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Dealing with Part Time Dads

Dear Philippa,

I'm seeing a guy who has been divorced almost two years. He has custody of a 18 month old baby who he has 50% of the time. The thing is that he takes the child everywhere with him, to the dentist, business meetings, everywhere. I don't think this is appropriate even though I understand his reasons for doing it. He says he just enjoys having the child with him and that it is safer that way. Am I out of line suggesting there are some times when the child should be left at a babysitter?

�Gwen, Long Island, NY

 

Dear Gwen,

I wish I knew how long you and this guy have been dating. I also would like to know if your angst is also about wanting more private time with this guy. As usual, I have to call on my own experience in this kind of situation and you have to decide if what I say applies to you.

I believe that dating someone who has the custody of a child half of the time is tougher than dating someone whom is a full-time parent. I used to date a guy who had a ten-year-old boy he had half the time. The week we were together was great, but when the other week came around the guy had trouble balancing all the other parts of his life including our time together. This made for a very roller-coaster relationship in which I felt left out during the parenting weeks when I wanted to be included with daddy and child.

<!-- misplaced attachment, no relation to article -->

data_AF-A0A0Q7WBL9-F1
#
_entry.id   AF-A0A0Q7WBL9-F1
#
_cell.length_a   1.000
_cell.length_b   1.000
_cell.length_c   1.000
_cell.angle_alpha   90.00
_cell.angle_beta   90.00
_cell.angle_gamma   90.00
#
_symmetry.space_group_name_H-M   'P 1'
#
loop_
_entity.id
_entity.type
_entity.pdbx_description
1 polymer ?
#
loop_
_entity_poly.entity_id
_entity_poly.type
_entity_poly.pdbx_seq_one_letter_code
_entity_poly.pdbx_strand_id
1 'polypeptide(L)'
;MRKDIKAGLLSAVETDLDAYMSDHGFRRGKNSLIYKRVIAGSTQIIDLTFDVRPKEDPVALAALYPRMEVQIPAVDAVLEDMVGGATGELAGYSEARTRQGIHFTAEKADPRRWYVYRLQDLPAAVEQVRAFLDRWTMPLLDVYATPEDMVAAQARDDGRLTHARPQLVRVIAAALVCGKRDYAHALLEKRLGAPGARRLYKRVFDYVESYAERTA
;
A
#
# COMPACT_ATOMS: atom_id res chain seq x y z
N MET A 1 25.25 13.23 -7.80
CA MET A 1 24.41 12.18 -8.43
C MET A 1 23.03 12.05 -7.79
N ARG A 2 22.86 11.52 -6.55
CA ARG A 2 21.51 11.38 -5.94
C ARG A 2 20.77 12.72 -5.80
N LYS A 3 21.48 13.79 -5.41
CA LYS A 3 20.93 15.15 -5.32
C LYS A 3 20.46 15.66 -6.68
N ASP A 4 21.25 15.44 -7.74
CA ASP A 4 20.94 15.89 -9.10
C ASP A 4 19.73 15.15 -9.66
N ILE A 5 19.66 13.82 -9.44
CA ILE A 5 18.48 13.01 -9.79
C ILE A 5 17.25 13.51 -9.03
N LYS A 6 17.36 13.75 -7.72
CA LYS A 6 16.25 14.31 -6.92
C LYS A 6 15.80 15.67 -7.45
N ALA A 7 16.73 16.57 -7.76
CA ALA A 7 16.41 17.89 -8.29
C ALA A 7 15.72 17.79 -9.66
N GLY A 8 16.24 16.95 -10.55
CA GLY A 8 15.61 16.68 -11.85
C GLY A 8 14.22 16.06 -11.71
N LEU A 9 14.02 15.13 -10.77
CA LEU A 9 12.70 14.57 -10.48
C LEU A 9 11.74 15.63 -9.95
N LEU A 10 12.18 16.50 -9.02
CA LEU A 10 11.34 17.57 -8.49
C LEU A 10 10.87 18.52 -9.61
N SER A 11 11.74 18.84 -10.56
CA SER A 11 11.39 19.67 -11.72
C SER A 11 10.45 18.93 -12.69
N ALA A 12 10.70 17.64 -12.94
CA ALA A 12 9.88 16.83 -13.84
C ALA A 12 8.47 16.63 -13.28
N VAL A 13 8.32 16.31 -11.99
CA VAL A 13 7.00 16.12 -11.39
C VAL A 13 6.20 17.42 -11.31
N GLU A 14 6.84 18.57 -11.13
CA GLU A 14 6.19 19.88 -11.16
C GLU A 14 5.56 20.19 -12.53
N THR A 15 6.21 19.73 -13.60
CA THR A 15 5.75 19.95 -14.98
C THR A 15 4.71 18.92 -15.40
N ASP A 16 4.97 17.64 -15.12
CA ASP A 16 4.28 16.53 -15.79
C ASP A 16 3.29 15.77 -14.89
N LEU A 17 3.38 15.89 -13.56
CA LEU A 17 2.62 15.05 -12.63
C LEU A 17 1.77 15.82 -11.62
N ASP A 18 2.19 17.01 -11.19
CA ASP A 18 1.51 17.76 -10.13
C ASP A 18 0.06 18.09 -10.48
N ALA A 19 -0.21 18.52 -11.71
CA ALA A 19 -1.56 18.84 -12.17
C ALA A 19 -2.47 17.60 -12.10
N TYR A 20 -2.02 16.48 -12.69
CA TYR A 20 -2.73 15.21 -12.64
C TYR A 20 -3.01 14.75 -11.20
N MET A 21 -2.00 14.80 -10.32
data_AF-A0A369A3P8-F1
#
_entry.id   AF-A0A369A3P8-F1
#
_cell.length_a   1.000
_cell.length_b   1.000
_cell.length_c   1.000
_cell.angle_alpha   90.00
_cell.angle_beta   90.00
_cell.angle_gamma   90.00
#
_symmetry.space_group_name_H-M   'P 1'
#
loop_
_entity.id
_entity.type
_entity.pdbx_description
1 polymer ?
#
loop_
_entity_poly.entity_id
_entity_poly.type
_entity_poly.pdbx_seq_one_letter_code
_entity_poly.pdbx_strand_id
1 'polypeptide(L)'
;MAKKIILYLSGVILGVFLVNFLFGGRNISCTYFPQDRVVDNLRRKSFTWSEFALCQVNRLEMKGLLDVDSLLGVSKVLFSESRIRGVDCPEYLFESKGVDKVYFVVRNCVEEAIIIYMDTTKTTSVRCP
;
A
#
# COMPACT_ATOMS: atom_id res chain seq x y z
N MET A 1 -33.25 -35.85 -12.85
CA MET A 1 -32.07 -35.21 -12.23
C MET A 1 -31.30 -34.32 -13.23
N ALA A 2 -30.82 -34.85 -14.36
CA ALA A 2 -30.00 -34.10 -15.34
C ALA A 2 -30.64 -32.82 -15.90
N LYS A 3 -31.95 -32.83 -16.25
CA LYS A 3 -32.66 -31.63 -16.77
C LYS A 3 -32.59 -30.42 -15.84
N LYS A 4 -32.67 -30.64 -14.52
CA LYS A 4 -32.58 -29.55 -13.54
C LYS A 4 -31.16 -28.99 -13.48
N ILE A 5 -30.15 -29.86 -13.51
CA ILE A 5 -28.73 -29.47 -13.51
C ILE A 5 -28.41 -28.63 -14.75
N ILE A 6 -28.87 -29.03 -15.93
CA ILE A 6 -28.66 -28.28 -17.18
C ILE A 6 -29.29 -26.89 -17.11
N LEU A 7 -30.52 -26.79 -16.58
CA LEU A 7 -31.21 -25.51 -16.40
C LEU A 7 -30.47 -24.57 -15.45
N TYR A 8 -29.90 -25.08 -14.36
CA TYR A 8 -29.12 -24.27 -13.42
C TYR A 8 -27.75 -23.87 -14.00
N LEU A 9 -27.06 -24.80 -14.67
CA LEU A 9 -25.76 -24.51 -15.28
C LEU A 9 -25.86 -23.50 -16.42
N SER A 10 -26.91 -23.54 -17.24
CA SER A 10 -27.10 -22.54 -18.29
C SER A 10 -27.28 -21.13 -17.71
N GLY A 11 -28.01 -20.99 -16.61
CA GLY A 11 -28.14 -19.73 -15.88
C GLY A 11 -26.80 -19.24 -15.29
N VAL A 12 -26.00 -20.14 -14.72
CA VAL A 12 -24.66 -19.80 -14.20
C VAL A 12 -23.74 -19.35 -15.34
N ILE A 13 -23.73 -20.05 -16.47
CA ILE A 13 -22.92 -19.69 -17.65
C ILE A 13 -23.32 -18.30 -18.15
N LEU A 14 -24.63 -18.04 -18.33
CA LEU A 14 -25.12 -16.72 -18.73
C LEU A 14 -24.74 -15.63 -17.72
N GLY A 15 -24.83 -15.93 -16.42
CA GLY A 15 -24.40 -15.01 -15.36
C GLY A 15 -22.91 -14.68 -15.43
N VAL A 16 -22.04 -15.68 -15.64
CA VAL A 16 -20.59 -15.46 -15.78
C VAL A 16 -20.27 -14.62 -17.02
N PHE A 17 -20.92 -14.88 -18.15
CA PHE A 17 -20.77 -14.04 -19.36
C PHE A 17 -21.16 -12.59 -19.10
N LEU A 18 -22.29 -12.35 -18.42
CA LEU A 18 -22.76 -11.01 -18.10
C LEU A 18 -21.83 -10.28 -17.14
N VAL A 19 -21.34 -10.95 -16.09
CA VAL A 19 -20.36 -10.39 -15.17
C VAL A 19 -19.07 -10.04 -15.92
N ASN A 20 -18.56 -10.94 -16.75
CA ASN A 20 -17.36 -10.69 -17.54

I understand how overly protective your boyfriend must seem to you. In my situation, my boyfriend was still allowing the 10-year-old to sleep in bed with him.

Being protective of a child is one thing, being motivated by guilt is another. Whatever the cause of overprotective parenting, the victim in the long run will be the child. But that is something the parent has to deal with, not you or me. All we can address is how something affects us, and how it makes us feel.

When we become critical of someone's parenting style before we are officially recognized as a co-parent, we are stepping across the line. Yes, you and your boyfriend can discuss these issues. He knows he isn't necessarily dealing with his current situation the best way he could, but it would appear that he's not ready to seek alternatives. Just don't come from a place of judgement and criticism. Imagine how you would feel if this was your child that you only saw part-time after your marriage ended.

Ask yourself what is really bothering you? Are you feeling left out of the family picture? Are you afraid of becoming more involved with someone who exhibits such overly protective behavior?

What you and your boyfriend need to talk about is what kind of relationship he wants with you and you with him. Maybe he wants a silent partner that stays out of his child's upbringing. Ask him when he thinks it would be appropriate to have your input on this subject? If he says he doesn't see that for a long time, if ever, then you need to decide if this guy is for you. Maybe in time he will figure out a way to balance his whole life with a half time child. Are you willing to hang around to wait and see if that happens?

Come from a place of acceptance and understanding. Empathy opens up the channels of communication only then can we achieve change.

�Philippa

 

 

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